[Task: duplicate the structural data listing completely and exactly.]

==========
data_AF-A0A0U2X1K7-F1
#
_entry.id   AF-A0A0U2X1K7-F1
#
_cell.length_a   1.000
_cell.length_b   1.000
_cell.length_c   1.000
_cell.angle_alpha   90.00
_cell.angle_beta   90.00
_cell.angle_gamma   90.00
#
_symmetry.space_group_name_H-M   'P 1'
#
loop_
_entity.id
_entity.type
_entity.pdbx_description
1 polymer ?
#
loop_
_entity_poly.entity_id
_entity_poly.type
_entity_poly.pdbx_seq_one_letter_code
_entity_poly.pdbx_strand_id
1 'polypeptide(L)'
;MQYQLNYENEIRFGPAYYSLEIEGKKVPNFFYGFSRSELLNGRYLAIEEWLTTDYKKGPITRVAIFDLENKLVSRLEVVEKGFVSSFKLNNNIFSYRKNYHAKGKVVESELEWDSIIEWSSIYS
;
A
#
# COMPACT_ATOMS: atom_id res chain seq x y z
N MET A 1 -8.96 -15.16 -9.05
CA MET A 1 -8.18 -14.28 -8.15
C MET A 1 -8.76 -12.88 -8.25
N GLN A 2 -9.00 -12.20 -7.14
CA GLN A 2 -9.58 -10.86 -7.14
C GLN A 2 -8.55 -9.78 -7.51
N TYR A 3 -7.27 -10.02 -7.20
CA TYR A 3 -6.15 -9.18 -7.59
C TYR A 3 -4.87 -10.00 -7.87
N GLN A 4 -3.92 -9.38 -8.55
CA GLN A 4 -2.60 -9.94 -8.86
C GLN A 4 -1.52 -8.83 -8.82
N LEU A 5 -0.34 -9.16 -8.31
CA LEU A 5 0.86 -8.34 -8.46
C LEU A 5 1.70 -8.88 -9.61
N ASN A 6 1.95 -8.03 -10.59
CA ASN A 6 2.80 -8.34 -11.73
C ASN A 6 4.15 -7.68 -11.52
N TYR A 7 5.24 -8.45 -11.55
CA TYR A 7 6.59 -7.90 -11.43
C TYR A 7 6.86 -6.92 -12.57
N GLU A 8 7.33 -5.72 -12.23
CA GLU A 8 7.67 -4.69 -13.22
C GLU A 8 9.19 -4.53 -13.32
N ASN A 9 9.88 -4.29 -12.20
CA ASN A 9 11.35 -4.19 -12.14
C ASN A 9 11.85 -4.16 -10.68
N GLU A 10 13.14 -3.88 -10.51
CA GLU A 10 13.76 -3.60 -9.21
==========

data_AF-A0A0U2X1K7-F1
#
_entry.id   AF-A0A0U2X1K7-F1
#
_cell.length_a   1.000
_cell.length_b   1.000
_cell.length_c   1.000
_cell.angle_alpha   90.00
_cell.angle_beta   90.00
_cell.angle_gamma   90.00
#
_symmetry.space_group_name_H-M   'P 1'
#
loop_
_entity.id
_entity.type
_entity.pdbx_description
1 polymer ?
#
loop_
_entity_poly.entity_id
_entity_poly.type
_entity_poly.pdbx_seq_one_letter_code
_entity_poly.pdbx_strand_id
1 'polypeptide(L)'
;MQYQLNYENEIRFGPAYYSLEIEGKKVPNFFYGFSRSELLNGRYLAIEEWLTTDYKKGPITRVAIFDLENKLVSRLEVVEKGFVSSFKLNNNIFSYRKNYHAKGKVVESELEWDSIIEWSSIYS
;
A
#
# COMPACT_ATOMS: atom_id res chain seq x y z
N MET A 1 -8.96 -15.16 -9.05
CA MET A 1 -8.18 -14.28 -8.15
C MET A 1 -8.76 -12.88 -8.25
N GLN A 2 -9.00 -12.20 -7.14
CA GLN A 2 -9.58 -10.86 -7.14
C GLN A 2 -8.55 -9.78 -7.51
N TYR A 3 -7.27 -10.02 -7.20
CA TYR A 3 -6.15 -9.18 -7.59
C TYR A 3 -4.87 -10.00 -7.87
N GLN A 4 -3.92 -9.38 -8.55
CA GLN A 4 -2.60 -9.94 -8.86
C GLN A 4 -1.52 -8.83 -8.82
N LEU A 5 -0.34 -9.16 -8.31
CA LEU A 5 0.86 -8.34 -8.46
C LEU A 5 1.70 -8.88 -9.61
N ASN A 6 1.95 -8.03 -10.59
CA ASN A 6 2.80 -8.34 -11.73
C ASN A 6 4.15 -7.68 -11.52
N TYR A 7 5.24 -8.45 -11.55
CA TYR A 7 6.59 -7.90 -11.43
C TYR A 7 6.86 -6.92 -12.57
N GLU A 8 7.33 -5.72 -12.23
CA GLU A 8 7.67 -4.69 -13.22
C GLU A 8 9.19 -4.53 -13.32
N ASN A 9 9.88 -4.29 -12.20
CA ASN A 9 11.35 -4.19 -12.14
C ASN A 9 11.85 -4.16 -10.68
N GLU A 10 13.14 -3.88 -10.51
CA GLU A 10 13.76 -3.60 -9.21